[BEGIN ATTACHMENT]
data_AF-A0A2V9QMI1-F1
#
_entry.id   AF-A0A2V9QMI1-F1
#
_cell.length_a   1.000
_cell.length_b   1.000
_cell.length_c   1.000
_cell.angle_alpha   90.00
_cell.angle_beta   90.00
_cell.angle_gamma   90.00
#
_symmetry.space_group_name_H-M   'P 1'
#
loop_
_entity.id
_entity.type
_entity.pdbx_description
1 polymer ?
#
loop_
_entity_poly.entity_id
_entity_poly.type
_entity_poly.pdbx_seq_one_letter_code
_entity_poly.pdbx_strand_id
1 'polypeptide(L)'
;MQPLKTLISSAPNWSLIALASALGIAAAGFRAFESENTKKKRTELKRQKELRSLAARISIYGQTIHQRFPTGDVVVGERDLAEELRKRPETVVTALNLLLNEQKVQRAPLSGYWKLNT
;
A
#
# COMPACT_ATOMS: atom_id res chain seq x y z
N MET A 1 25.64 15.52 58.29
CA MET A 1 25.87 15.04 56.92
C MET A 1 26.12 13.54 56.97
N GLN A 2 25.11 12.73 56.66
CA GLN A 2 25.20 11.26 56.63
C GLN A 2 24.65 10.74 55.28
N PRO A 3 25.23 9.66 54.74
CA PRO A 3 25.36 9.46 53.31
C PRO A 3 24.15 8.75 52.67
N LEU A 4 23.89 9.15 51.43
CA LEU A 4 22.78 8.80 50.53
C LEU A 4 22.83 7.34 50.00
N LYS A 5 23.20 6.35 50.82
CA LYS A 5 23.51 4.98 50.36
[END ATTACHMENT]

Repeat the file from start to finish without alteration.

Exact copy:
data_AF-A0A2V9QMI1-F1
#
_entry.id   AF-A0A2V9QMI1-F1
#
_cell.length_a   1.000
_cell.length_b   1.000
_cell.length_c   1.000
_cell.angle_alpha   90.00
_cell.angle_beta   90.00
_cell.angle_gamma   90.00
#
_symmetry.space_group_name_H-M   'P 1'
#
loop_
_entity.id
_entity.type
_entity.pdbx_description
1 polymer ?
#
loop_
_entity_poly.entity_id
_entity_poly.type
_entity_poly.pdbx_seq_one_letter_code
_entity_poly.pdbx_strand_id
1 'polypeptide(L)'
;MQPLKTLISSAPNWSLIALASALGIAAAGFRAFESENTKKKRTELKRQKELRSLAARISIYGQTIHQRFPTGDVVVGERDLAEELRKRPETVVTALNLLLNEQKVQRAPLSGYWKLNT
;
A
#
# COMPACT_ATOMS: atom_id res chain seq x y z
N MET A 1 25.64 15.52 58.29
CA MET A 1 25.87 15.04 56.92
C MET A 1 26.12 13.54 56.97
N GLN A 2 25.11 12.73 56.66
CA GLN A 2 25.20 11.26 56.63
C GLN A 2 24.65 10.74 55.28
N PRO A 3 25.23 9.66 54.74
CA PRO A 3 25.36 9.46 53.31
C PRO A 3 24.15 8.75 52.67
N LEU A 4 23.89 9.15 51.43
CA LEU A 4 22.78 8.80 50.53
C LEU A 4 22.83 7.34 50.00
N LYS A 5 23.20 6.35 50.82
CA LYS A 5 23.51 4.98 50.36